- Beans and legumes: Foods like chickpeas and white beans provide calcium. Gradually incorporate these into the squirrel’s diet alongside their regular diet.
- Calcium supplements: If the squirrels aren’t getting enough calcium, you can consider adding calcium supplements. Be sure to follow the recommended dosage instructions.
- Cuttlebone: Cuttlebone is an excellent source of calcium, and most healthy squirrels tend to over indulge. Cuttlebones are best when used primarily for maintaining teeth health.
Always introduce any new calcium-rich foods slowly to prevent any possible reactions. If they are not interested in eating the foods, don’t force them.
Additional Nutrients for Squirrel Health
Squirrels require a range of nutrients for maintaining their health. Though calcium is crucial, it’s equally important to take into account their other dietary needs.
Below is some other vital nutritional information to follow to ensure they are getting a well-rounded diet.
- Rodent Block: Providing a rodent block diet helps balance the right amount of calcium and wards off Metabolic Bone Disease, a nutritional disorder affecting captive wildlife.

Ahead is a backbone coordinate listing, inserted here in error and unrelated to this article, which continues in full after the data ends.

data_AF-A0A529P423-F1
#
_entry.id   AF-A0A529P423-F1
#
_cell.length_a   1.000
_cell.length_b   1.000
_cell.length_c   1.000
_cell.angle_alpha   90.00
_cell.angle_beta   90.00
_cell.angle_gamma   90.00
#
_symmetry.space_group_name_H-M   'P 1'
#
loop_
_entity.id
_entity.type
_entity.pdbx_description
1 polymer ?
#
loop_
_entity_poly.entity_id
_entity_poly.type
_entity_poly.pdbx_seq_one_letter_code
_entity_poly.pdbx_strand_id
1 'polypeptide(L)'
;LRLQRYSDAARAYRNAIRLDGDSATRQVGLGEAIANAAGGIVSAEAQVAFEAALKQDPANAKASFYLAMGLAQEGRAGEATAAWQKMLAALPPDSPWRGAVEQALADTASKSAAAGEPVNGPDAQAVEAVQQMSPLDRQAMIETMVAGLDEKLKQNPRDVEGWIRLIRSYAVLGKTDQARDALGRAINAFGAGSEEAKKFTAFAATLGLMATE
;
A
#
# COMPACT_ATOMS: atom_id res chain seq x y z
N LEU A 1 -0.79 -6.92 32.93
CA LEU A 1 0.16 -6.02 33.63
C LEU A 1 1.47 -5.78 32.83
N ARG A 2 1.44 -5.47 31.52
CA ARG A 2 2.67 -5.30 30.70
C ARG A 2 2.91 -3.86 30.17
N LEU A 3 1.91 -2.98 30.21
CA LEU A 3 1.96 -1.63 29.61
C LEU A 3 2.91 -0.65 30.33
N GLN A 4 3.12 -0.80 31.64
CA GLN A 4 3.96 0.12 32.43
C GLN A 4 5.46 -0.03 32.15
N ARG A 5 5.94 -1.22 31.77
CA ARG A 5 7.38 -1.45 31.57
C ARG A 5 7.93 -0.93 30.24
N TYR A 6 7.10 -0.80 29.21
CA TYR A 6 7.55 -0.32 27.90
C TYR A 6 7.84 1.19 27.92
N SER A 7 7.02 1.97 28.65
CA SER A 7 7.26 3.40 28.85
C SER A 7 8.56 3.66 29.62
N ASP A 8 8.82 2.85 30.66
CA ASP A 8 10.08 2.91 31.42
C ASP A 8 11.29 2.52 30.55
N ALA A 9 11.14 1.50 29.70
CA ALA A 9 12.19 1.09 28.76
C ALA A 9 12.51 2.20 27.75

- Calcium to Phosphorus Ratio: Ensuring that the foods provided have the appropriate 2:1 calcium to phosphorus ratio supports squirrel health.
- Vitamin D3: Adequate levels of vitamin D3 are necessary for calcium absorption, making it an essential nutrient for a squirrel’s overall well-being.
- Seeds: Squirrels can benefit from seeds like hemp, pumpkin, sunflower, and sesame, which are good sources of calcium. However, it’s crucial to avoid peanuts and other nuts as they could be toxic to them.
- Greens: Including a variety of leafy greens in a squirrel’s diet can provide essential vitamins and minerals. Foods such as kale, sprouts, and other greens can be excellent sources of calcium and other nutrients.
- Fruits: A small amount of fruit can also be beneficial for squirrels, offering vitamins and some types of minerals. Be cautious not to provide too much fruit due to their high sugar content.
By focusing on foods with suitable calcium-to-phosphorus ratios, vitamin D3 levels, and a mix of seeds, greens, and fruits, you can support squirrels’ overall health and well-being.
Remember that dietary requirements will differ between wild and captive squirrels, so always ensure you provide the appropriate nutrients for each situation.
All squirrels require a well-balanced diet. The foods above can help provide calcium and other essential nutrients for maintaining healthy bones, teeth, etc.
That said, keep snacks and treats to a minimum of 10% of their regular diet.